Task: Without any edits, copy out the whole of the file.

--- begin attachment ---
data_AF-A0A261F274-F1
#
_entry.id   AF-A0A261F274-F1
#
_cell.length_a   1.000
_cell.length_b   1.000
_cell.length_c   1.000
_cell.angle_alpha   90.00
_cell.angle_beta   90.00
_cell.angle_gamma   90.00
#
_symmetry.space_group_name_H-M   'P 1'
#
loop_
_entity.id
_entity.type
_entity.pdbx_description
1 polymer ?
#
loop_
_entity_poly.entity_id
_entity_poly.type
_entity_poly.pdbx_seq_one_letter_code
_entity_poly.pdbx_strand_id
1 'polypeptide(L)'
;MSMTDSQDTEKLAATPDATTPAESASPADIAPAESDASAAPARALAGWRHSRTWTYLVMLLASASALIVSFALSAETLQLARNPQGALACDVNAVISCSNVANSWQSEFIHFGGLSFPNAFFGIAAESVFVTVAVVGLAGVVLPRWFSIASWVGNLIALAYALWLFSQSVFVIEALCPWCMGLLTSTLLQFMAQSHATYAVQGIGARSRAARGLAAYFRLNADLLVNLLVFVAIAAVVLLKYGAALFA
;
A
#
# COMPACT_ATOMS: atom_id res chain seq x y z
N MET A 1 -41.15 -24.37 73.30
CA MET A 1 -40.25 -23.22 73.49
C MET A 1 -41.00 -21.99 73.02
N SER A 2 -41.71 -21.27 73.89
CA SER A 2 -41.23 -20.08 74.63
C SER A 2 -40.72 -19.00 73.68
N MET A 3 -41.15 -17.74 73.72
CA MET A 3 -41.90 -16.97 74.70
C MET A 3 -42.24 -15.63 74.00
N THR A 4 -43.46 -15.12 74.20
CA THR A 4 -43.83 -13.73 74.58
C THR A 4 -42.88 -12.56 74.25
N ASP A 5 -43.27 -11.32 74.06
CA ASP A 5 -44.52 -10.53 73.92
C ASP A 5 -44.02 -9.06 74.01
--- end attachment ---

data_AF-A0A261F274-F1
#
_entry.id   AF-A0A261F274-F1
#
_cell.length_a   1.000
_cell.length_b   1.000
_cell.length_c   1.000
_cell.angle_alpha   90.00
_cell.angle_beta   90.00
_cell.angle_gamma   90.00
#
_symmetry.space_group_name_H-M   'P 1'
#
loop_
_entity.id
_entity.type
_entity.pdbx_description
1 polymer ?
#
loop_
_entity_poly.entity_id
_entity_poly.type
_entity_poly.pdbx_seq_one_letter_code
_entity_poly.pdbx_strand_id
1 'polypeptide(L)'
;MSMTDSQDTEKLAATPDATTPAESASPADIAPAESDASAAPARALAGWRHSRTWTYLVMLLASASALIVSFALSAETLQLARNPQGALACDVNAVISCSNVANSWQSEFIHFGGLSFPNAFFGIAAESVFVTVAVVGLAGVVLPRWFSIASWVGNLIALAYALWLFSQSVFVIEALCPWCMGLLTSTLLQFMAQSHATYAVQGIGARSRAARGLAAYFRLNADLLVNLLVFVAIAAVVLLKYGAALFA
;
A
#
# COMPACT_ATOMS: atom_id res chain seq x y z
N MET A 1 -41.15 -24.37 73.30
CA MET A 1 -40.25 -23.22 73.49
C MET A 1 -41.00 -21.99 73.02
N SER A 2 -41.71 -21.27 73.89
CA SER A 2 -41.23 -20.08 74.63
C SER A 2 -40.72 -19.00 73.68
N MET A 3 -41.15 -17.74 73.72
CA MET A 3 -41.90 -16.97 74.70
C MET A 3 -42.24 -15.63 74.00
N THR A 4 -43.46 -15.12 74.20
CA THR A 4 -43.83 -13.73 74.58
C THR A 4 -42.88 -12.56 74.25
N ASP A 5 -43.27 -11.32 74.06
CA ASP A 5 -44.52 -10.53 73.92
C ASP A 5 -44.02 -9.06 74.01